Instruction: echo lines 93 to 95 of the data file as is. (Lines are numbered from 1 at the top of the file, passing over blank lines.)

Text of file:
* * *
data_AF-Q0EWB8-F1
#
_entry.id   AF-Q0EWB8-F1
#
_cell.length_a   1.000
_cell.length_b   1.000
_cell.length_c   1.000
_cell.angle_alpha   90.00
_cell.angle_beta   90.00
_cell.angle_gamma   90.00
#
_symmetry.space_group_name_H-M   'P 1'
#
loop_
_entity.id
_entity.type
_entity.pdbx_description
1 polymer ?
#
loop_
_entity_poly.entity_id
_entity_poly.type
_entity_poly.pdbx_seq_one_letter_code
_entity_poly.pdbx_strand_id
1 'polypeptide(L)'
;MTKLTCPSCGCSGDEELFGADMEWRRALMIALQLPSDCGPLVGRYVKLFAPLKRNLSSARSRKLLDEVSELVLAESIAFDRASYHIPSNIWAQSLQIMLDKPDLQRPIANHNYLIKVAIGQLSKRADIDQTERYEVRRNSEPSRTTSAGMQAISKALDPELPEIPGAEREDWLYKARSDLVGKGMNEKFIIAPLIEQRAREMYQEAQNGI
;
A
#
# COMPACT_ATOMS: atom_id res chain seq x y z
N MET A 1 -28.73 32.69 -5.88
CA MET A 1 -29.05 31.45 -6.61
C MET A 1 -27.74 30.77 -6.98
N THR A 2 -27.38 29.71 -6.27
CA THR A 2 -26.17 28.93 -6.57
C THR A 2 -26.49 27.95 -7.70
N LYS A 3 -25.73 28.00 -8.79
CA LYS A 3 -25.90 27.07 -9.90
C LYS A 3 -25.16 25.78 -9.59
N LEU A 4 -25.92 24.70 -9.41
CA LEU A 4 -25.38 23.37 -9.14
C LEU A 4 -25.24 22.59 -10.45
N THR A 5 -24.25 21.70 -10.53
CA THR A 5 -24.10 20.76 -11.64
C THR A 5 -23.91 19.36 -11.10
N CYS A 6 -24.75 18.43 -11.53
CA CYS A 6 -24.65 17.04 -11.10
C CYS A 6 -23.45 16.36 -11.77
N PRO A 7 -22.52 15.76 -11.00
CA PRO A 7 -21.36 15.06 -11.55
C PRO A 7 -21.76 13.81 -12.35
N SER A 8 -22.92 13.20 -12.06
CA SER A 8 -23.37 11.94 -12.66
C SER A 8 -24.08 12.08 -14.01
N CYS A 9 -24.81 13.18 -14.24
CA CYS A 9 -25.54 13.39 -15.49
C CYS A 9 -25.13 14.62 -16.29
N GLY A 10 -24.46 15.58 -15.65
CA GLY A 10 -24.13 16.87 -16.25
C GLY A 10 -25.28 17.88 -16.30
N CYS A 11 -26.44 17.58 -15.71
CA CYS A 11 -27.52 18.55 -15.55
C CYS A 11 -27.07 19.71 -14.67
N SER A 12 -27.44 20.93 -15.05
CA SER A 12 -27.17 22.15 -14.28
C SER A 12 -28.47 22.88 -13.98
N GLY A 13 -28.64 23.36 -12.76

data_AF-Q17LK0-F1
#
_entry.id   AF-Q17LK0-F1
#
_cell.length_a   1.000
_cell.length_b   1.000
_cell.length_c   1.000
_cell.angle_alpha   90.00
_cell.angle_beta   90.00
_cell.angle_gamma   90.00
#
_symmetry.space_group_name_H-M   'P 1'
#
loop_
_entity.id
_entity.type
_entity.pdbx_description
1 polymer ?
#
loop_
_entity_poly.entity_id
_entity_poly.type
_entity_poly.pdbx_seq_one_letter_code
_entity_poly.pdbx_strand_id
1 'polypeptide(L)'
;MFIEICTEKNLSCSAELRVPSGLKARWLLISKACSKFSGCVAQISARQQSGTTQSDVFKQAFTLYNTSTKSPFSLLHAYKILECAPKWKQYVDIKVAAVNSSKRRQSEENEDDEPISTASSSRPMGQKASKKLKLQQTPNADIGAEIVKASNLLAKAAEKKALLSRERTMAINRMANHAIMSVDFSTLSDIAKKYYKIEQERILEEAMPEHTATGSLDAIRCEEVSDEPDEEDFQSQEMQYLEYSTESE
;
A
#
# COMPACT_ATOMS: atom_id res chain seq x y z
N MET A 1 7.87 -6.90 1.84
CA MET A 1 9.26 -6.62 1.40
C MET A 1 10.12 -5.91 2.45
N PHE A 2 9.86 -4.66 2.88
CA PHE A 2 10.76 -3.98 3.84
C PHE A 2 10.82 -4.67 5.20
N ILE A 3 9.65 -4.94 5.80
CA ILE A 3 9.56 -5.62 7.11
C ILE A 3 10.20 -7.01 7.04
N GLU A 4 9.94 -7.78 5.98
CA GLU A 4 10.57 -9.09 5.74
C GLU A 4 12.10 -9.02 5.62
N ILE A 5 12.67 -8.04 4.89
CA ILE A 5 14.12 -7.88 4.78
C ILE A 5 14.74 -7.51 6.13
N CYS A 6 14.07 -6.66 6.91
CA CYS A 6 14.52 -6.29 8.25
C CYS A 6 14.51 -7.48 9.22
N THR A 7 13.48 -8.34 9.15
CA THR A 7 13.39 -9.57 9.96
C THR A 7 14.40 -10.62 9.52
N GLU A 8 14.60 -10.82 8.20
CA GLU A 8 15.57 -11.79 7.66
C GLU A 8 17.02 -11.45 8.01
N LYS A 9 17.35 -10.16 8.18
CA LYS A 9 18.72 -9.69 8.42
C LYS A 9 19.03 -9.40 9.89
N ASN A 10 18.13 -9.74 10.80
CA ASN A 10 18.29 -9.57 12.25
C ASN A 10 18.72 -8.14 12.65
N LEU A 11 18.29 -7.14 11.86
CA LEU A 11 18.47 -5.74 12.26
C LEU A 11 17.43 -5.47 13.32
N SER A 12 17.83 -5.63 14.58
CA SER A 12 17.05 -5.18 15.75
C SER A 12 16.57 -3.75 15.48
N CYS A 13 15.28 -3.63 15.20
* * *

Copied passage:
;MFIEICTEKNLSCSAELRVPSGLKARWLLISKACSKFSGCVAQISARQQSGTTQSDVFKQAFTLYNTSTKSPFSLLHAYKILECAPKWKQYVDIKVAAVNSSKRRQSEENEDDEPISTASSSRPMGQKASKKLKLQQTPNADIGAEIVKASNLLAKAAEKKALLSRERTMAINRMANHAIMSVDFSTLSDIAKKYYKIEQERILEEAMPEHTATGSLDAIRCEEVSDEPDEEDFQSQEMQYLEYSTESE
;
A